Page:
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Technical Paper

Simulating Complex Automotive Assembly Tasks using the HUMOSIM Framework

2009-06-09
2009-01-2279
Efficient methods for simulating operators performing part handling tasks in manufacturing plants are needed. The simulation of part handling motions is an important step towards the implementation of virtual manufacturing for the purpose of improving worker productivity and reducing injuries in the workplace. However, industrial assembly tasks are often complex and involve multiple interactions between workers and their environment. The purpose of this paper is to present a series of industrial simulations using the Human Motion Simulation Framework developed at the University of Michigan. Three automotive assembly operations spanning scenarios, such as small and large parts, tool use, walking, re-grasping, reaching inside a vehicle, etc. were selected.
Technical Paper

Influence of Object Properties on Reaching and Grasping Tasks

2008-06-17
2008-01-1905
This paper investigates how reaching and grasping are affected by various object properties and conditions. While previous studies have examined the effect of object attributes such as size, shape, and distance from the subject, there is a need for quantitative models of finger motions. To accomplish this, the experiment was performed with six subjects where the 3D-coordinates of the finger joints and the wrist of one hand were recorded during reaching and grasping tasks. Finger joint angles at final posture were found to depend on both object size and orientation while wrist postures were changed primarily depending on object orientation. Also, each object orientation caused alteration in relative object location with respect to the hand at final posture. In addition, analysis of temporal variables revealed that it took from 1.06 to 1.30 seconds depending on the object distance to start reaching and complete grasping of the object.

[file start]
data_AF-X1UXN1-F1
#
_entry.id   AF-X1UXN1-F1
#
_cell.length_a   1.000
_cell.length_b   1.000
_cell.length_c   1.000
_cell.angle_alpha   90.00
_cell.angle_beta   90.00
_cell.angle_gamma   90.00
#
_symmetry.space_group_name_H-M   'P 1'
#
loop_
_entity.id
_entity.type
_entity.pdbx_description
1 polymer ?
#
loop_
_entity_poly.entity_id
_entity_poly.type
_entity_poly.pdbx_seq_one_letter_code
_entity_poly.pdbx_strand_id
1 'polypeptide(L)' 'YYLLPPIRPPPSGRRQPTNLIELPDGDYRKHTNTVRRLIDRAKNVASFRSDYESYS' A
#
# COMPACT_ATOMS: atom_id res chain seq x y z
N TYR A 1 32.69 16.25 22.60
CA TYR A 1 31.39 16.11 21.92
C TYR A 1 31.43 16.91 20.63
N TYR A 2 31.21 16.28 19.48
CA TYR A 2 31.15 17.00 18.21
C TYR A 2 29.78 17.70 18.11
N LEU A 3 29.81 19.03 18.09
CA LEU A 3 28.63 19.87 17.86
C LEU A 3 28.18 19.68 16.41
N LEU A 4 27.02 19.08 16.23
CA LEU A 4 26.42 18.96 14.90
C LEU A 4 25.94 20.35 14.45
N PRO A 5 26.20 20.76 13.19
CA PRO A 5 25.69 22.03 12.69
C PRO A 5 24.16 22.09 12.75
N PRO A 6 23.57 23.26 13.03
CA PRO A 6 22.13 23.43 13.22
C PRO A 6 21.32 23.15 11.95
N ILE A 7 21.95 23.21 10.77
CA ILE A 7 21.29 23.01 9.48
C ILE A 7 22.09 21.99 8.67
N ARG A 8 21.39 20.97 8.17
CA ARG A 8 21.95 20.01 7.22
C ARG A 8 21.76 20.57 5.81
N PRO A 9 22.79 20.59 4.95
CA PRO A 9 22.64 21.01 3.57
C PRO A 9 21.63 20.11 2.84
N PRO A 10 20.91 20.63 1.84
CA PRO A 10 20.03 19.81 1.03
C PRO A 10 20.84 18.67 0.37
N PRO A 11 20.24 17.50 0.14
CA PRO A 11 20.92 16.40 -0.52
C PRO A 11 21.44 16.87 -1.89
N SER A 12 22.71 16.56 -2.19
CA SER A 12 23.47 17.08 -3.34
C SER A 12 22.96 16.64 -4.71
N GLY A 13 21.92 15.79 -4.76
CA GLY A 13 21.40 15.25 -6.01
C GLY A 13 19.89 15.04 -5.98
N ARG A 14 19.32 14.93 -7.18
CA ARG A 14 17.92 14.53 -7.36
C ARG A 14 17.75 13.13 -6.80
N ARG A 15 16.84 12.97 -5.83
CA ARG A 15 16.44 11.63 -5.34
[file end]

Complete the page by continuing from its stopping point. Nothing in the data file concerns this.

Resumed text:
Technical Paper

Dynamic Hand Space Envelope during Reaching and Grasping

2008-06-17
2008-01-1918
The objective of this paper is to investigate the dynamic space envelope during reaching and grasping tasks. Some amount of space is required for the hand and arm to move without interference in reach-to-grasp tasks. The required space (‘dynamic space envelope’) has not been examined in spite of its importance. In this paper, we tested the hypothesis that the dynamic space envelope is a function of object size, hand size, grip type and distance. Six subjects (5 males, 1 female) participated in an experiment, in which they reached for and grasped three differently sized cylindrical objects (D: 26 mm, 60 mm, 114 mm) placed 40 cm in front of the subjects. Twenty-three markers were attached to the dorsal side of the hand and a 3-D motion capture system recorded the positions of the markers during reaching and grasping. The total distance from start to end positions is evenly divided into 10 ranges, and the areas of the required spaces were calculated for each range.
Technical Paper

Modular Medical Evacuation Fixture for Use in Military and Disaster Response Vehicles

2007-04-16
2007-01-1767